Illinois has the Cottage Food Law that makes local food product sales easy to engage in. If I got up and running making kombucha I could sell at farmer's markets, but international seed sales? I can see how that'd be an entirely different, legal beast now. Thank you! I'll have to seek additional counsel before I set up shop.

I would think going WordPress + Woocommerce would work well enough. That's what I'm most comfortable with so it works out nice. For others, maybe someone running a CSA, I could see a more custom web app being worthwhile where WordPress wouldn't cut it. Your point about photos taking the longest makes sense.  Since I'm very much a hobbyist at this point, it'd grow piece-wise and I'd manage adding two products at a time. Doing all of it in one go for a large nursery with many offerings could be a nightmare. It feels honest to display a plant you actually grew/cared for, rather than stock photos, but in any case the pictured plant is very likely not the one someone would receive. Do people get this or would it be worthwhile to include a small bit of copy explaining: "Every plant is unique therefore yours will be different from the one photographed" or something better but to the same effect?
 
John F Dean
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Hi Bryan,

That was a few years ago.   I will try to dig up the name and give it to you.
 
pollinator
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Hi Bryan,
I would like to suggest you look at a website a little differently. Instead of trying to figure out if you will make money with a website to justify the cost of building and maintaining (which can be done quite inexpensively), I think you should look at it as a necessary business expense so you have a place to send people. Most younger people (and many older people) use the internet to search for services and products. If you do not have any online presence then they will not find you. Even local things like farmers markets, people often go online to check the times they are open. Typically these people are looking for a phone number or email or description of the services and products. You can get much of this done through google business, facebook, and the like. However, those companies have made it very clear that they will block you if they disagree with what you are saying. Granted most of the stuff getting blocked these days is political or covid related, and you may think seeds and farming is safe. But big corps don't want you saving seeds. And many corps don't want you talking about slaughtering animals because they want you to eat their soy-based "meat". A website allows you the freedom to say what you want. It gives you a place to send people when a platform is blocking you, or is itself blocked for promoting free speech.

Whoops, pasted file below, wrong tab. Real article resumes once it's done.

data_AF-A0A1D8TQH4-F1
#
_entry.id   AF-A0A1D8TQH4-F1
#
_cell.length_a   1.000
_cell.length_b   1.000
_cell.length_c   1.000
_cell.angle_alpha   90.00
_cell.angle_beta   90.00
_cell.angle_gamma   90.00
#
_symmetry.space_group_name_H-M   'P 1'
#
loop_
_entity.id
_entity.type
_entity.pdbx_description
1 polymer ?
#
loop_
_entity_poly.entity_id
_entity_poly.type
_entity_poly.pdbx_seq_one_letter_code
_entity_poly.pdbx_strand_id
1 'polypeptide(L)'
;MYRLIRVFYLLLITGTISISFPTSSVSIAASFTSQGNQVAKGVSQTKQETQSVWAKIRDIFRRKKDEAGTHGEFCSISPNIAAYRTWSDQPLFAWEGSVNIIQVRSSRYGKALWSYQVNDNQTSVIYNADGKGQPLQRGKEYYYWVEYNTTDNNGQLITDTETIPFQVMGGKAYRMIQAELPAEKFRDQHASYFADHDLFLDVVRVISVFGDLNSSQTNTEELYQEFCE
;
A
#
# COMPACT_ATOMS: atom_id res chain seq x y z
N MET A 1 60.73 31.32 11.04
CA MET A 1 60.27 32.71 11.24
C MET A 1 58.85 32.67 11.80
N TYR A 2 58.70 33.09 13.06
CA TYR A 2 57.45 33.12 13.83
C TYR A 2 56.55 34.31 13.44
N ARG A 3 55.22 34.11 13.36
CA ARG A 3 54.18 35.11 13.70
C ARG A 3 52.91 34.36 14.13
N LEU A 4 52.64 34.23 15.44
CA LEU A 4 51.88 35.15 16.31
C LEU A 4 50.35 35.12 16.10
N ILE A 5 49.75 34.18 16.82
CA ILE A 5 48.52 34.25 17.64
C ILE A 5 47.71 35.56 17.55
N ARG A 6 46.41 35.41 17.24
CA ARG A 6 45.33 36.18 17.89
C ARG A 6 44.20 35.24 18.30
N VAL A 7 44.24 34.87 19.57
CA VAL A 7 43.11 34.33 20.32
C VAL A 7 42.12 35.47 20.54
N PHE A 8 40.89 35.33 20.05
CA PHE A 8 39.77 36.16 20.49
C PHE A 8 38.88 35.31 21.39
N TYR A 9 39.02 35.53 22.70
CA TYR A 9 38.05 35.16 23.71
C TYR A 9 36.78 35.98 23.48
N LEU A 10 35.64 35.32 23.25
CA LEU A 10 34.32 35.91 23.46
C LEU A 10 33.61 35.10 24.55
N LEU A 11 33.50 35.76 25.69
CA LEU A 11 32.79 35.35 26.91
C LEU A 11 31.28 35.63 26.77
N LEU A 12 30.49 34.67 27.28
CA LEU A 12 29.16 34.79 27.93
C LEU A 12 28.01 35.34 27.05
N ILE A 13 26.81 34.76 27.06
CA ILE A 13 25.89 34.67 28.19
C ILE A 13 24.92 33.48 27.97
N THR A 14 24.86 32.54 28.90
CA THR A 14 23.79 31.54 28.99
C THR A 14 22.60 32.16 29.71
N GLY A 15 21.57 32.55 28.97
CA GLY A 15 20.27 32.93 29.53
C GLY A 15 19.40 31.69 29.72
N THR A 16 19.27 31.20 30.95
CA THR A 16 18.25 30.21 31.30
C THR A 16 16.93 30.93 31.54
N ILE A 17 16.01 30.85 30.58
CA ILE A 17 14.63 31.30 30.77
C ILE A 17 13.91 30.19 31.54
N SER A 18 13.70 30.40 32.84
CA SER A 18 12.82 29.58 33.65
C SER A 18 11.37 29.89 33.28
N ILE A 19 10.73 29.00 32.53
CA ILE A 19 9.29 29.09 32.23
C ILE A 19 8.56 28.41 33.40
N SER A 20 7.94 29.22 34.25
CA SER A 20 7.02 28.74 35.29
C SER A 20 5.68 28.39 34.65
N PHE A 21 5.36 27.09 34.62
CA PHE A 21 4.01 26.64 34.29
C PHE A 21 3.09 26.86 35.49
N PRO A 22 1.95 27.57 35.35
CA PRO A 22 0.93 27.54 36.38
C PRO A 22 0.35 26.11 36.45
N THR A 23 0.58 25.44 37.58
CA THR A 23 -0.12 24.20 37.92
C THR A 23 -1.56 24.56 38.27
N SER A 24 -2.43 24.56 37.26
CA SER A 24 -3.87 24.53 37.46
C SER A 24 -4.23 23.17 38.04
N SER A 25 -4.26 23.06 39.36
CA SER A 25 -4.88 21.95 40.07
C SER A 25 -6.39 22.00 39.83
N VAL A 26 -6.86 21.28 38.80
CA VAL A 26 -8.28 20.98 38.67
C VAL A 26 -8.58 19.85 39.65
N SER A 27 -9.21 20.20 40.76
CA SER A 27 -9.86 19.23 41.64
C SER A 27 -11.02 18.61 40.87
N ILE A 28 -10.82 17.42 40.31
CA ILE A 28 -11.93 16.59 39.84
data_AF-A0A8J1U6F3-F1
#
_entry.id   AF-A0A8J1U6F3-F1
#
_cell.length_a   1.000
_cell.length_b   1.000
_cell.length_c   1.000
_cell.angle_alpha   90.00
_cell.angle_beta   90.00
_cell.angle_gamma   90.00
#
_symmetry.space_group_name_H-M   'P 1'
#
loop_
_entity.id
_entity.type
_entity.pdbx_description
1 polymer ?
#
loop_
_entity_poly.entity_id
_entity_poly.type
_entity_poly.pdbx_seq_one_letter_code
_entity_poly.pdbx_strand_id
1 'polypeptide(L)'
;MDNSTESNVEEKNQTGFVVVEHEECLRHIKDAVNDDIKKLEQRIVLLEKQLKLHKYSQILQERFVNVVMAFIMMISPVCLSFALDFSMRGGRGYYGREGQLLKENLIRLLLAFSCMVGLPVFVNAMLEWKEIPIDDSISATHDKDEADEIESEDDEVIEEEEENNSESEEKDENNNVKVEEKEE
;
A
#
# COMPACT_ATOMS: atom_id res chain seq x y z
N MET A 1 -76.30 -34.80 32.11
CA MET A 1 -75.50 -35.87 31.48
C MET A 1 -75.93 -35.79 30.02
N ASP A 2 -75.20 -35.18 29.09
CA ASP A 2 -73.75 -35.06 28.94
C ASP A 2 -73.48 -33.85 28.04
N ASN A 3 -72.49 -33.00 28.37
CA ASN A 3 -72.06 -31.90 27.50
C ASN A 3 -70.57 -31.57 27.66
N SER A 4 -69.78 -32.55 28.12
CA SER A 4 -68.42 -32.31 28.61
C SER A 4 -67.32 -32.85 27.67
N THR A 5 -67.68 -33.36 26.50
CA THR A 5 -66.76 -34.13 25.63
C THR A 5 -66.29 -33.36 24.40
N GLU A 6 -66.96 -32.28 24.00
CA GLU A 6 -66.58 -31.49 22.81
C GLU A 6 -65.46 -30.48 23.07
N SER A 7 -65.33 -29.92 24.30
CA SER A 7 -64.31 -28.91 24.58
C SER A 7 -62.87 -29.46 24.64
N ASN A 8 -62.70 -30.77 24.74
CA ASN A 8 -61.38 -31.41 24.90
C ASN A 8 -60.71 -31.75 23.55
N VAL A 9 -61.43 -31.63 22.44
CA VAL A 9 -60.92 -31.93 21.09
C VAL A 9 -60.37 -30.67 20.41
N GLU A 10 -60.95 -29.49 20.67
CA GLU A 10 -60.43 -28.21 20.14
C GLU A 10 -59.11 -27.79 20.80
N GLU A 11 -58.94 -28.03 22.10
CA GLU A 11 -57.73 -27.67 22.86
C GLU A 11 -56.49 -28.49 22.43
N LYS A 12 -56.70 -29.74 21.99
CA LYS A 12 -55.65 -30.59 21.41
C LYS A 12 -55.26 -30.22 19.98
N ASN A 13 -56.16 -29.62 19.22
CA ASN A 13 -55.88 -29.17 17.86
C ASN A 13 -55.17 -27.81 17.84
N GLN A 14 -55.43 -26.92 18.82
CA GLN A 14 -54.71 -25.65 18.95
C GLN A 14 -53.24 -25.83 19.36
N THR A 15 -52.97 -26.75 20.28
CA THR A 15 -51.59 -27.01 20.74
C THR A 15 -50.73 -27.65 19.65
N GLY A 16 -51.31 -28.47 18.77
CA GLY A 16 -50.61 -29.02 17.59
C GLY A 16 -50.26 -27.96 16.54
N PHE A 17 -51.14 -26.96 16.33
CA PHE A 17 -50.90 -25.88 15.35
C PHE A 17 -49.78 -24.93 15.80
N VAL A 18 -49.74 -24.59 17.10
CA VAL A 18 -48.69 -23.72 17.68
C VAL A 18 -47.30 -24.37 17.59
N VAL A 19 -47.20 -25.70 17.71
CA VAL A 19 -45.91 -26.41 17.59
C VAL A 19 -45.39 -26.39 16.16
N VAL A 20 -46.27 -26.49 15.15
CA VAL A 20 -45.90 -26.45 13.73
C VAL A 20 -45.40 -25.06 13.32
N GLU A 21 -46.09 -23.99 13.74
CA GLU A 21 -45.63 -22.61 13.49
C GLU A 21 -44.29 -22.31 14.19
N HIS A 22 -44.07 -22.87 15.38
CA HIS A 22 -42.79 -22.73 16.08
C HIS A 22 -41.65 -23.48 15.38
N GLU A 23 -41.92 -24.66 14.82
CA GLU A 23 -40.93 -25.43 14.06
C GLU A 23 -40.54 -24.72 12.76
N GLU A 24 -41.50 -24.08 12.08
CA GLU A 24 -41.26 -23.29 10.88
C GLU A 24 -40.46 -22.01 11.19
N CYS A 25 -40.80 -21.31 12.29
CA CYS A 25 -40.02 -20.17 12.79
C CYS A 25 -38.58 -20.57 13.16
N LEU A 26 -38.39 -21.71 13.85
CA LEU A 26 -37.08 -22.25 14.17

Putting your business on facebook is like putting up advertising in Walmart. It might get a lot of hits and be cheap and easy, but you are subject to whatever Walmart does or does not want you to do. Its not really a bad thing, but I would never use it exclusively. Having a website is like having your own store front where you have the freedom to choose. Jack Spirko likes to talk a lot about always making a list of your customers that is platform independent. That way if one gets shut down (and these days it is happening more than you think) you can still contact them and let them know your new platform for buying your products or viewing videos or whatever you do.
 
pollinator
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From what I've seen and I've helped build a couple, websites are a lot of work.

They're a lot of work to build if they don't get the sales you want. And with the global nature of the web, they become a lot of work if they do get the sales you want.

If you want a happy medium then (if you were in the UK) I would look at making an ebay store. Much less work if it doesn't work out and quite scalable if you do.
You views on ebay will of course affect this.
 
pollinator